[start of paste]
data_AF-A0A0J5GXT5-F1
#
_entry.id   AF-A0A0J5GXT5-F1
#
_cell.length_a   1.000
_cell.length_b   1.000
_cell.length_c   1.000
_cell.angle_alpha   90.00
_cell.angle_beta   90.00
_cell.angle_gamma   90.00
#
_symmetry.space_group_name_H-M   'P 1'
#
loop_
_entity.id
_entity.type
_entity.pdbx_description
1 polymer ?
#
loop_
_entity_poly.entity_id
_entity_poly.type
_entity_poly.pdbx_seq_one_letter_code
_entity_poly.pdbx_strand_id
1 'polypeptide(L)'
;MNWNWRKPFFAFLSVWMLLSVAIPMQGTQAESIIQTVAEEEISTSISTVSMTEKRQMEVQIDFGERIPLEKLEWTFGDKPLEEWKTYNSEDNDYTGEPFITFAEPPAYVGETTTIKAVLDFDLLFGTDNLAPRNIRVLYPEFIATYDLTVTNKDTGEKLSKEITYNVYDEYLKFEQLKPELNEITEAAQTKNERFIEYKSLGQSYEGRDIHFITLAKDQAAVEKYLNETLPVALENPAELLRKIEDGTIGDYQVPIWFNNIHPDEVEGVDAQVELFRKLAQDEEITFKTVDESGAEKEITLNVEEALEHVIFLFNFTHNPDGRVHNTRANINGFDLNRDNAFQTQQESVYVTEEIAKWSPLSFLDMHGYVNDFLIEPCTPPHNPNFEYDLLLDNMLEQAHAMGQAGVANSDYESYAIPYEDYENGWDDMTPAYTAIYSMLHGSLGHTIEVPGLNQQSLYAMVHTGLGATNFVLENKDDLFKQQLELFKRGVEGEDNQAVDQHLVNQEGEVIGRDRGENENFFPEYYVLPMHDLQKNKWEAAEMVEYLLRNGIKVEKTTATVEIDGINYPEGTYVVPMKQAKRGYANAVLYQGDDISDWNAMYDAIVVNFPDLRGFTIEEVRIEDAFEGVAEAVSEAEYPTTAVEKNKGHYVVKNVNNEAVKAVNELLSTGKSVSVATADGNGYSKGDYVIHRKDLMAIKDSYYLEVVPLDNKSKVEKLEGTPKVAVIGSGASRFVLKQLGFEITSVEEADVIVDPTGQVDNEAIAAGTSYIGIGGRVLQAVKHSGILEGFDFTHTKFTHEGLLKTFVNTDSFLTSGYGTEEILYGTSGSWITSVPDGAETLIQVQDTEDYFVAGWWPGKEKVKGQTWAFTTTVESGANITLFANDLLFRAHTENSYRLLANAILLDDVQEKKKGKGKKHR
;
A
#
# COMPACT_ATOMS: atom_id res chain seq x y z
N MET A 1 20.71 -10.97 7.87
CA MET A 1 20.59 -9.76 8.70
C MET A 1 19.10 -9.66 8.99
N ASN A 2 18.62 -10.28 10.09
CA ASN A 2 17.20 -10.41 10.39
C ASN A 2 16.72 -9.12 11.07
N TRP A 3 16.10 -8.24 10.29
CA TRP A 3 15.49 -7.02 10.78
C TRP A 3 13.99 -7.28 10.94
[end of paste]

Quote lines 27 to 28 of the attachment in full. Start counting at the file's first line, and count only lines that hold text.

;
A